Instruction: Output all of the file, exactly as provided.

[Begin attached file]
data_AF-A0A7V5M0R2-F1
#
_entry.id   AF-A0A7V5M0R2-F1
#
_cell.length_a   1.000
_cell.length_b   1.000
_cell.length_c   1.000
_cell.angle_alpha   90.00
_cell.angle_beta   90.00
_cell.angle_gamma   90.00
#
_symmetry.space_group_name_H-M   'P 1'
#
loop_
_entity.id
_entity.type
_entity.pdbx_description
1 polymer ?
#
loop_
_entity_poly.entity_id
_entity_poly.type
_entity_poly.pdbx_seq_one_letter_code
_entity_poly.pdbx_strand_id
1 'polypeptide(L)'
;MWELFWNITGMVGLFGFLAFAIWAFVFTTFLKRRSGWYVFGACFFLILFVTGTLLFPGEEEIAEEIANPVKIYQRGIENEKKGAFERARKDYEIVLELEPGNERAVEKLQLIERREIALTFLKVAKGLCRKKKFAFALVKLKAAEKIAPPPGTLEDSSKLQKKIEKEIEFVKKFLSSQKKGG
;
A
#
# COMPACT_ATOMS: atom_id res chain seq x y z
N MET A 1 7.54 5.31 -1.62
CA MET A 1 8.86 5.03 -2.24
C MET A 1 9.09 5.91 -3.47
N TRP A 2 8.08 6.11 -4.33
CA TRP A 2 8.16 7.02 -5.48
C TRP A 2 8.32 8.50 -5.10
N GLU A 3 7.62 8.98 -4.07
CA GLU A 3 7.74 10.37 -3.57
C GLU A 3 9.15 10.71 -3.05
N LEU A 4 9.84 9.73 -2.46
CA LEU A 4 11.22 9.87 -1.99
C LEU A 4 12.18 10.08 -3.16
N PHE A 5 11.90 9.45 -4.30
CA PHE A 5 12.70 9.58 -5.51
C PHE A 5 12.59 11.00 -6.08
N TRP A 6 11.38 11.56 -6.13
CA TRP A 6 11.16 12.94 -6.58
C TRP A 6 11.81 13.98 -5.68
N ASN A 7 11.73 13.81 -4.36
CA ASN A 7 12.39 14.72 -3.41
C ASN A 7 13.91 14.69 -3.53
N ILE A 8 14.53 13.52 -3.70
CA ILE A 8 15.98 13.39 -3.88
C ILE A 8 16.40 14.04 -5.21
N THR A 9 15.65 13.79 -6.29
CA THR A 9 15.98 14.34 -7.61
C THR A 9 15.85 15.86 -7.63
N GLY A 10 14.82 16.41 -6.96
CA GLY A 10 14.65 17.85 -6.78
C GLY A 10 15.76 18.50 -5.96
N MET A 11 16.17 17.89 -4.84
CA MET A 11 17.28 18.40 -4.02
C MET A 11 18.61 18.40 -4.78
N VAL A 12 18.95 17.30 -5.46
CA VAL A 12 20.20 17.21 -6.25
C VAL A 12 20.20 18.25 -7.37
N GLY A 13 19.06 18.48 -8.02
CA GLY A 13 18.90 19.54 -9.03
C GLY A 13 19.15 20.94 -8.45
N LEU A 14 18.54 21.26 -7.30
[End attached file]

data_AF-A0A7V5M0R2-F1
#
_entry.id   AF-A0A7V5M0R2-F1
#
_cell.length_a   1.000
_cell.length_b   1.000
_cell.length_c   1.000
_cell.angle_alpha   90.00
_cell.angle_beta   90.00
_cell.angle_gamma   90.00
#
_symmetry.space_group_name_H-M   'P 1'
#
loop_
_entity.id
_entity.type
_entity.pdbx_description
1 polymer ?
#
loop_
_entity_poly.entity_id
_entity_poly.type
_entity_poly.pdbx_seq_one_letter_code
_entity_poly.pdbx_strand_id
1 'polypeptide(L)'
;MWELFWNITGMVGLFGFLAFAIWAFVFTTFLKRRSGWYVFGACFFLILFVTGTLLFPGEEEIAEEIANPVKIYQRGIENEKKGAFERARKDYEIVLELEPGNERAVEKLQLIERREIALTFLKVAKGLCRKKKFAFALVKLKAAEKIAPPPGTLEDSSKLQKKIEKEIEFVKKFLSSQKKGG
;
A
#
# COMPACT_ATOMS: atom_id res chain seq x y z
N MET A 1 7.54 5.31 -1.62
CA MET A 1 8.86 5.03 -2.24
C MET A 1 9.09 5.91 -3.47
N TRP A 2 8.08 6.11 -4.33
CA TRP A 2 8.16 7.02 -5.48
C TRP A 2 8.32 8.50 -5.10
N GLU A 3 7.62 8.98 -4.07
CA GLU A 3 7.74 10.37 -3.57
C GLU A 3 9.15 10.71 -3.05
N LEU A 4 9.84 9.73 -2.46
CA LEU A 4 11.22 9.87 -1.99
C LEU A 4 12.18 10.08 -3.16
N PHE A 5 11.90 9.45 -4.30
CA PHE A 5 12.70 9.58 -5.51
C PHE A 5 12.59 11.00 -6.08
N TRP A 6 11.38 11.56 -6.13
CA TRP A 6 11.16 12.94 -6.58
C TRP A 6 11.81 13.98 -5.68
N ASN A 7 11.73 13.81 -4.36
CA ASN A 7 12.39 14.72 -3.41
C ASN A 7 13.91 14.69 -3.53
N ILE A 8 14.53 13.52 -3.70
CA ILE A 8 15.98 13.39 -3.88
C ILE A 8 16.40 14.04 -5.21
N THR A 9 15.65 13.79 -6.29
CA THR A 9 15.98 14.34 -7.61
C THR A 9 15.85 15.86 -7.63
N GLY A 10 14.82 16.41 -6.96
CA GLY A 10 14.65 17.85 -6.78
C GLY A 10 15.76 18.50 -5.96
N MET A 11 16.17 17.89 -4.84
CA MET A 11 17.28 18.40 -4.02
C MET A 11 18.61 18.40 -4.78
N VAL A 12 18.95 17.30 -5.46
CA VAL A 12 20.20 17.21 -6.25
C VAL A 12 20.20 18.25 -7.37
N GLY A 13 19.06 18.48 -8.02
CA GLY A 13 18.90 19.54 -9.03
C GLY A 13 19.15 20.94 -8.45
N LEU A 14 18.54 21.26 -7.30